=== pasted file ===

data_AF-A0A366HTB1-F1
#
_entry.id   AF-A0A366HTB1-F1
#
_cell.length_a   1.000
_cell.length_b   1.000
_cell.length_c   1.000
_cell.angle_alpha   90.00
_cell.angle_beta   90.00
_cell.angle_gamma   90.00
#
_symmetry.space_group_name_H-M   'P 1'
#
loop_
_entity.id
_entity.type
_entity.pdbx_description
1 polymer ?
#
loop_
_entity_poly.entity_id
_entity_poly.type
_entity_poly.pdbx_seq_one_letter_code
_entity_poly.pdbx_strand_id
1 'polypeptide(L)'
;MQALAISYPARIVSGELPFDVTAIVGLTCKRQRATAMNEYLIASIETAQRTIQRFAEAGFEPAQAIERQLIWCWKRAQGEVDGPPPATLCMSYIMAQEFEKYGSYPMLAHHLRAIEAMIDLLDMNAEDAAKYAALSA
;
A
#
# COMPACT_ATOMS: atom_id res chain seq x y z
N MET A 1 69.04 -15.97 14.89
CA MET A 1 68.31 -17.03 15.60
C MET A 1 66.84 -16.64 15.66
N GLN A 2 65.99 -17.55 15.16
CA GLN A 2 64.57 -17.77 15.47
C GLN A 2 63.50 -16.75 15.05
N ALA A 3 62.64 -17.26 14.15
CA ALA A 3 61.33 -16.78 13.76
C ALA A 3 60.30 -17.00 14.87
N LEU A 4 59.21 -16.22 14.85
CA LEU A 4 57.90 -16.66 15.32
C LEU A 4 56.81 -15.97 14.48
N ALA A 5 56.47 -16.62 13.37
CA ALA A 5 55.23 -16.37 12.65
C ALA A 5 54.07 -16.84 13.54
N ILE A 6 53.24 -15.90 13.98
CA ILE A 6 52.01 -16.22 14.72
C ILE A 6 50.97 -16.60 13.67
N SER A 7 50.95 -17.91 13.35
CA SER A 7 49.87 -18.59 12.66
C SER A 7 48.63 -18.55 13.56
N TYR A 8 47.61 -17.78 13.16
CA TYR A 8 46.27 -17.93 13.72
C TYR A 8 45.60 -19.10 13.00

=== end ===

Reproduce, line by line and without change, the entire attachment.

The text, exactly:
data_AF-A0A366HTB1-F1
#
_entry.id   AF-A0A366HTB1-F1
#
_cell.length_a   1.000
_cell.length_b   1.000
_cell.length_c   1.000
_cell.angle_alpha   90.00
_cell.angle_beta   90.00
_cell.angle_gamma   90.00
#
_symmetry.space_group_name_H-M   'P 1'
#
loop_
_entity.id
_entity.type
_entity.pdbx_description
1 polymer ?
#
loop_
_entity_poly.entity_id
_entity_poly.type
_entity_poly.pdbx_seq_one_letter_code
_entity_poly.pdbx_strand_id
1 'polypeptide(L)'
;MQALAISYPARIVSGELPFDVTAIVGLTCKRQRATAMNEYLIASIETAQRTIQRFAEAGFEPAQAIERQLIWCWKRAQGEVDGPPPATLCMSYIMAQEFEKYGSYPMLAHHLRAIEAMIDLLDMNAEDAAKYAALSA
;
A
#
# COMPACT_ATOMS: atom_id res chain seq x y z
N MET A 1 69.04 -15.97 14.89
CA MET A 1 68.31 -17.03 15.60
C MET A 1 66.84 -16.64 15.66
N GLN A 2 65.99 -17.55 15.16
CA GLN A 2 64.57 -17.77 15.47
C GLN A 2 63.50 -16.75 15.05
N ALA A 3 62.64 -17.26 14.15
CA ALA A 3 61.33 -16.78 13.76
C ALA A 3 60.30 -17.00 14.87
N LEU A 4 59.21 -16.22 14.85
CA LEU A 4 57.90 -16.66 15.32
C LEU A 4 56.81 -15.97 14.48
N ALA A 5 56.47 -16.62 13.37
CA ALA A 5 55.23 -16.37 12.65
C ALA A 5 54.07 -16.84 13.54
N ILE A 6 53.24 -15.90 13.98
CA ILE A 6 52.01 -16.22 14.72
C ILE A 6 50.97 -16.60 13.67
N SER A 7 50.95 -17.91 13.35
CA SER A 7 49.87 -18.59 12.66
C SER A 7 48.63 -18.55 13.56
N TYR A 8 47.61 -17.78 13.16
CA TYR A 8 46.27 -17.93 13.72
C TYR A 8 45.60 -19.10 13.00